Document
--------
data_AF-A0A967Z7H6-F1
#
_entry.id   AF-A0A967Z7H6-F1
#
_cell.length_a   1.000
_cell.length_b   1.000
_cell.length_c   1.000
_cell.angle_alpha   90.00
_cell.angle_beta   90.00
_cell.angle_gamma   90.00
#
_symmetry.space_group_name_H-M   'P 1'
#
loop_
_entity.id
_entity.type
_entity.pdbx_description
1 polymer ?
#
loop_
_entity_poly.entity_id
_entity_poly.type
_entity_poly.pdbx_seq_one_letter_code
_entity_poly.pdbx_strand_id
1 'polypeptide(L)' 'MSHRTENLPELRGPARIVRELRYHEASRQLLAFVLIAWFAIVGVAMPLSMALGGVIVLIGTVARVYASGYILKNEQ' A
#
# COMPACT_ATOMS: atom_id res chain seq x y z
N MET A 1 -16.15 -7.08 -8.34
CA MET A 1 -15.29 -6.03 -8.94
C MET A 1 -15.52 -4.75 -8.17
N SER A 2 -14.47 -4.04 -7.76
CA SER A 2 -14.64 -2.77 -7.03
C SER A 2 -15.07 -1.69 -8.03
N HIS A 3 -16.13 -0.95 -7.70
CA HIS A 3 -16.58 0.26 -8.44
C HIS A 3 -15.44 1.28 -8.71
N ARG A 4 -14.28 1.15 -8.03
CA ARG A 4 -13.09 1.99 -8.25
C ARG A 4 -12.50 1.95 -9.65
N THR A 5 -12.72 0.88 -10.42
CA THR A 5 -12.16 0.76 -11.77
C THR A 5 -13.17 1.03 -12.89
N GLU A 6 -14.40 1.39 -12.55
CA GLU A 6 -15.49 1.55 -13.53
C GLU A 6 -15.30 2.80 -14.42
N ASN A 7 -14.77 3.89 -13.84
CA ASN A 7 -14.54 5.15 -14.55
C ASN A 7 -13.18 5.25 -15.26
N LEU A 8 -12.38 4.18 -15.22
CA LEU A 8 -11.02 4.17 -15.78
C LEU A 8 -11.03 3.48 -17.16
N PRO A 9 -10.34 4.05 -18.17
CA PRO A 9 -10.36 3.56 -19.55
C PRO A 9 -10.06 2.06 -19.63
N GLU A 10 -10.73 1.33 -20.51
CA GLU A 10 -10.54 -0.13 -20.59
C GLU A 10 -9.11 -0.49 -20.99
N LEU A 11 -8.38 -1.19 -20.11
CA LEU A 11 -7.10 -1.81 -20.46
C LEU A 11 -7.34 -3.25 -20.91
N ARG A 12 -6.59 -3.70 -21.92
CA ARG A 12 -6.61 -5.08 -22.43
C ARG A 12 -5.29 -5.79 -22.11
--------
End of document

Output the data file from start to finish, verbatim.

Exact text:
data_AF-A0A967Z7H6-F1
#
_entry.id   AF-A0A967Z7H6-F1
#
_cell.length_a   1.000
_cell.length_b   1.000
_cell.length_c   1.000
_cell.angle_alpha   90.00
_cell.angle_beta   90.00
_cell.angle_gamma   90.00
#
_symmetry.space_group_name_H-M   'P 1'
#
loop_
_entity.id
_entity.type
_entity.pdbx_description
1 polymer ?
#
loop_
_entity_poly.entity_id
_entity_poly.type
_entity_poly.pdbx_seq_one_letter_code
_entity_poly.pdbx_strand_id
1 'polypeptide(L)' 'MSHRTENLPELRGPARIVRELRYHEASRQLLAFVLIAWFAIVGVAMPLSMALGGVIVLIGTVARVYASGYILKNEQ' A
#
# COMPACT_ATOMS: atom_id res chain seq x y z
N MET A 1 -16.15 -7.08 -8.34
CA MET A 1 -15.29 -6.03 -8.94
C MET A 1 -15.52 -4.75 -8.17
N SER A 2 -14.47 -4.04 -7.76
CA SER A 2 -14.64 -2.77 -7.03
C SER A 2 -15.07 -1.69 -8.03
N HIS A 3 -16.13 -0.95 -7.70
CA HIS A 3 -16.58 0.26 -8.44
C HIS A 3 -15.44 1.28 -8.71
N ARG A 4 -14.28 1.15 -8.03
CA ARG A 4 -13.09 1.99 -8.25
C ARG A 4 -12.50 1.95 -9.65
N THR A 5 -12.72 0.88 -10.42
CA THR A 5 -12.16 0.76 -11.77
C THR A 5 -13.17 1.03 -12.89
N GLU A 6 -14.40 1.39 -12.55
CA GLU A 6 -15.49 1.55 -13.53
C GLU A 6 -15.30 2.80 -14.42
N ASN A 7 -14.77 3.89 -13.84
CA ASN A 7 -14.54 5.15 -14.55
C ASN A 7 -13.18 5.25 -15.26
N LEU A 8 -12.38 4.18 -15.22
CA LEU A 8 -11.02 4.17 -15.78
C LEU A 8 -11.03 3.48 -17.16
N PRO A 9 -10.34 4.05 -18.17
CA PRO A 9 -10.36 3.56 -19.55
C PRO A 9 -10.06 2.06 -19.63
N GLU A 10 -10.73 1.33 -20.51
CA GLU A 10 -10.54 -0.13 -20.59
C GLU A 10 -9.11 -0.49 -20.99
N LEU A 11 -8.38 -1.19 -20.11
CA LEU A 11 -7.10 -1.81 -20.46
C LEU A 11 -7.34 -3.25 -20.91
N ARG A 12 -6.59 -3.70 -21.92
CA ARG A 12 -6.61 -5.08 -22.43
C ARG A 12 -5.29 -5.79 -22.11